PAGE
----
On Life of Pause, Tatum’s songwriting continued to evolve and develop in interesting ways. It’s as if he started his career out far off in the ether, and his vision has slowly come into focus, leading to still unique but more solidly constructed songs. The cover/digital image that accompanies Life of Pause, in fact, is of Tatum sitting in a small, comfortably designed room, meant to physically symbolize this new approach.

On this 2016 release, Tatum found an acknowledged Philly soul influence, some quite avant-garde pop, ala an Ariel Pink, and some updated pop/disco features along the lines of Phoenix. It’s a very good album, and though not as instantly accessible as his earlier work that just seemed to wash over the listener, the newer stuff requires more listens and maybe a bit more effort from the listener, which is not necessarily a bad thing.

Life of Pause is Tatum trying new approaches and some transition, like a songwriter shifting gears and doing so fairly seamlessly. Based on the first early listens to Indigo, Tatum is continuing to evolve and still very much in his dream-pop groove. He has gone from being a master of converting dreams into music, to now a more substantive but still imminently listenable and soulful sound. Dream Pop 2.0.

With all of the above in mind, here is one list of The Best 18 Songs of Wild Nothing:

18. “Shadow”

The first single form Nocturne and a representative song of Jack Tatum’s early dream pop glory.

17. “Disappear Always”

While listening to this track it hit me: this early stuff is just young love, but definitely not puppy love. This highlights powerful emotional experiences amazingly expressed through jangle guitars locked in with the bass, echoing vocals, surprisingly affecting guitar riffs, and swooning vocals.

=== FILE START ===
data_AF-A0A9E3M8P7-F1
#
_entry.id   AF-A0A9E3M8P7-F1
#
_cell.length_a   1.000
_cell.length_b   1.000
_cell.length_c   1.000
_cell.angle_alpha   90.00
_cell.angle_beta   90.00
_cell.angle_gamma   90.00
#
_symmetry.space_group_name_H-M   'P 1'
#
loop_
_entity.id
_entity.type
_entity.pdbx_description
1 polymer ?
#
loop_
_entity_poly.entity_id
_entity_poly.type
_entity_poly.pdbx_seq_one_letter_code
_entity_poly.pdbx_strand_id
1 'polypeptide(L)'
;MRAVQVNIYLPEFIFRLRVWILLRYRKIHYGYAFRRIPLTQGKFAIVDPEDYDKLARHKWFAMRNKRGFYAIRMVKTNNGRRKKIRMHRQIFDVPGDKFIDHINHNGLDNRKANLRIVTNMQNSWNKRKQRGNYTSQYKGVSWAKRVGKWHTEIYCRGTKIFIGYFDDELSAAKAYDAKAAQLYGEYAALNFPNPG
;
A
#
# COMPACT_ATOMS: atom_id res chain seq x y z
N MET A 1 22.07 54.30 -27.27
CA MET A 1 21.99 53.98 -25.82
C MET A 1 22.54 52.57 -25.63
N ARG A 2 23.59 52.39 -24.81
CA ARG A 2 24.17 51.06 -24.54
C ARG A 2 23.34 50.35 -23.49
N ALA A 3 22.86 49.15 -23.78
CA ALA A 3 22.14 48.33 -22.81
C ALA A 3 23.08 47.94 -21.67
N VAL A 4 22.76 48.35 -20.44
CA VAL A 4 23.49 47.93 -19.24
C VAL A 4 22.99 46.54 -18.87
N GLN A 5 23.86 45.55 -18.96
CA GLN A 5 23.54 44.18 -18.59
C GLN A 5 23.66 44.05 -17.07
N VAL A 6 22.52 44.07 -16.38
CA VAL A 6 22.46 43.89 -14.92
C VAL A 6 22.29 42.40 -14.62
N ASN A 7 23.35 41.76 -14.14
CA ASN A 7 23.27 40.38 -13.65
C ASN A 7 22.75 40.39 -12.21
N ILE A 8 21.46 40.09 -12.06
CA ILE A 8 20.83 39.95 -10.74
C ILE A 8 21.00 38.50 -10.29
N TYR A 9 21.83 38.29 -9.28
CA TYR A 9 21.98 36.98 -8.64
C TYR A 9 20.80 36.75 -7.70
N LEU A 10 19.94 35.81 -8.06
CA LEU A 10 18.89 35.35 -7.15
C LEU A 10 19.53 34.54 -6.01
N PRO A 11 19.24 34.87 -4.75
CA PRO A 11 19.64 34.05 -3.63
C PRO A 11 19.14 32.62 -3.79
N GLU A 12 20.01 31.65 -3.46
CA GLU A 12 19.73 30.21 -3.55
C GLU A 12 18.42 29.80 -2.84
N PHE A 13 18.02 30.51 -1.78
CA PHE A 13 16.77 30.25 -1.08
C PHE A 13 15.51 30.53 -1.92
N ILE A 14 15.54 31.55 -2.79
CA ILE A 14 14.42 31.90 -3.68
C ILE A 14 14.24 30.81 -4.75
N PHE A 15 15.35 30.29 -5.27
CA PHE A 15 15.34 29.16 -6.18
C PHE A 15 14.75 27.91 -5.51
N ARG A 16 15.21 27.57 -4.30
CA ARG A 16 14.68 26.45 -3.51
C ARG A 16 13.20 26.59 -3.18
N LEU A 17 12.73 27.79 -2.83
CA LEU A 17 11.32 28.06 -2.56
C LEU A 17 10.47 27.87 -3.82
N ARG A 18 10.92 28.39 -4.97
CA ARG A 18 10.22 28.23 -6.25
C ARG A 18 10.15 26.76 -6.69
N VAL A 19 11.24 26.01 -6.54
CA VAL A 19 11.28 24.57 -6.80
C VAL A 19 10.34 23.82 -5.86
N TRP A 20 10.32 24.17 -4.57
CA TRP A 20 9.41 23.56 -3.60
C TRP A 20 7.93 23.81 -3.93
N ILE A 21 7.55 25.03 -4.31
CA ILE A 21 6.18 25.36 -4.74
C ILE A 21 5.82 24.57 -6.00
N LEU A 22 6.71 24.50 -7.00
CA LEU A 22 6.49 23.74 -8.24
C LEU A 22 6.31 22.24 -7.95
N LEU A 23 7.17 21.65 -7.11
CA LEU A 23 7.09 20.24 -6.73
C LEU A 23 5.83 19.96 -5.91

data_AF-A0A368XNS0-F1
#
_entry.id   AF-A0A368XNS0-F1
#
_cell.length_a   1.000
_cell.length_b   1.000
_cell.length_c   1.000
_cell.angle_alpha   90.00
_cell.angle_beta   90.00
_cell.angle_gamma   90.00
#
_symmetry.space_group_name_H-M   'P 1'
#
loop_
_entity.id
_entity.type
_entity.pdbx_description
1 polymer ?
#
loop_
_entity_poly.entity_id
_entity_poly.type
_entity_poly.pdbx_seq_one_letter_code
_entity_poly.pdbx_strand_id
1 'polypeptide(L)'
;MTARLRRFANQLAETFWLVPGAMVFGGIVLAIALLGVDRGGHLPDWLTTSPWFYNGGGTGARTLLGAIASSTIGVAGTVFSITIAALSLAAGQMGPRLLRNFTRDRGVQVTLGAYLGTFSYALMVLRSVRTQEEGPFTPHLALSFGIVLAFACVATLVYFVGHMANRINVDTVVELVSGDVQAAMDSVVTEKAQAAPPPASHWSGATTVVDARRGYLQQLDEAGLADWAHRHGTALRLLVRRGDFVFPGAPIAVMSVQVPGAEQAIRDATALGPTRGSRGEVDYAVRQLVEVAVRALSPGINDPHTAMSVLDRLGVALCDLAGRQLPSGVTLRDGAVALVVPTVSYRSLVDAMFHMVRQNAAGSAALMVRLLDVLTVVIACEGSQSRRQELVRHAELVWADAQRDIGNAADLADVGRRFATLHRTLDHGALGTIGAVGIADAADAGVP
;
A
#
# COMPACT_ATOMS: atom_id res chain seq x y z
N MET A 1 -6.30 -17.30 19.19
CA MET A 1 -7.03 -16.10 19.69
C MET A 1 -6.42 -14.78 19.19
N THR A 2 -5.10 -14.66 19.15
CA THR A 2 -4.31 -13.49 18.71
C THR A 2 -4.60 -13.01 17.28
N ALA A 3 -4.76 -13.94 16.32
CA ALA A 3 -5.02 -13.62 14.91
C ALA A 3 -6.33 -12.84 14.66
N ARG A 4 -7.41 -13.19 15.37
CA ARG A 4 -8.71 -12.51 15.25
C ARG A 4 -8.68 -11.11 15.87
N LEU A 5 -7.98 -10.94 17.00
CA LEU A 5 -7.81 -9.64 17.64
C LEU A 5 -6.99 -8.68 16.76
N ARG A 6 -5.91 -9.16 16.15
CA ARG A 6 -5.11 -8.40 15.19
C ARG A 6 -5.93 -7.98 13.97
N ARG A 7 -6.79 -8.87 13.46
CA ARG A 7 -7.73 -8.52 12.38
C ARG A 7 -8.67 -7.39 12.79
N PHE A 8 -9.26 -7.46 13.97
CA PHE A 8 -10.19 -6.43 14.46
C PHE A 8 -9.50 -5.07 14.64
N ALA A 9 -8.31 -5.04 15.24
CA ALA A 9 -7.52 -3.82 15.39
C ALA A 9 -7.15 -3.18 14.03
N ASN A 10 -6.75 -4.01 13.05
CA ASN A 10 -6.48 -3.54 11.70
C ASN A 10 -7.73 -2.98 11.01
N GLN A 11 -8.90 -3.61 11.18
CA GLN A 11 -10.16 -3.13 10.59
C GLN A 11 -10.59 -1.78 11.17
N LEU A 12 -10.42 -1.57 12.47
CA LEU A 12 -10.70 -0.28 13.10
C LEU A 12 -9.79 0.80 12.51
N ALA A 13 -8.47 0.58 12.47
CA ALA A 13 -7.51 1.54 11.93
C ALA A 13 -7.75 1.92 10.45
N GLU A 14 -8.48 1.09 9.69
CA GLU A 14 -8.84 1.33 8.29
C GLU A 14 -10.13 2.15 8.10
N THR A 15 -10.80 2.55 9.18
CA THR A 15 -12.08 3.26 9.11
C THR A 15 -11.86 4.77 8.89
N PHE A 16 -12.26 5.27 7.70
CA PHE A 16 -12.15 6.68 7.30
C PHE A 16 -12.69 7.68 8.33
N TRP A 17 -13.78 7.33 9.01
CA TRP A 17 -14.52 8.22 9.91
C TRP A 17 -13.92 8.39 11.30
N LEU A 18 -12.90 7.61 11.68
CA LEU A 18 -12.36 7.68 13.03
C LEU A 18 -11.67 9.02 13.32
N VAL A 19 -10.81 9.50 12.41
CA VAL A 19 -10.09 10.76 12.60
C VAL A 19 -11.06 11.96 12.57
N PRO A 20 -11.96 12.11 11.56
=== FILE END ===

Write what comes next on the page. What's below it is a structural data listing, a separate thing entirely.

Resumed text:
16. “Cloudbusting”

This early, homemade cover of the Kate Bush song for Tatum’s then-girlfriend ended up getting him his first serious exposure in the music business. This is one of those debut songs that sounds incredibly raw but the serious talent is already unmistakable, too. The song even starts with a line about dreaming. It sounds like Tatum is singing from inside an organ, and possibly accompanied by an accordion, which all works just fine.

15. “Whenever I”

Tatum keeping things fresh. Not dream pop, but a bluesy, loungey dream pop.

14. “Our Composition Book”

Upbeat but forlorn at the same time. It’s as if Tatum is feeling the music so much that he can’t be bothered to fully enunciate the words.

13. “Gemini”

A fairly simple song with plangent guitar, mournful vocals, and some incredibly vivid lyrics: “In your eyes, I’ve got nothing to see anymore / To convince me enough to compromise my heart.”

12. “Chinatown”

One of Wild Nothing’s first breakout songs. Fairly straightforward pop with a strong beat but timeless feel, like Tatum is singing directly from a long-ago place in his memory.

11. “Reichpop”

Percolating electro beats drive this song, along with guitar flourishes, and all buried in warm synth lines. Tatum sings about trying to live life and find yourself at the same time: “I’ll try a new face for now / Trying this new face that I can’t see.” (FYI: The title is a nod to the legendary minimalist composer Steve Reich and not the Third Reich. Which is good to know.)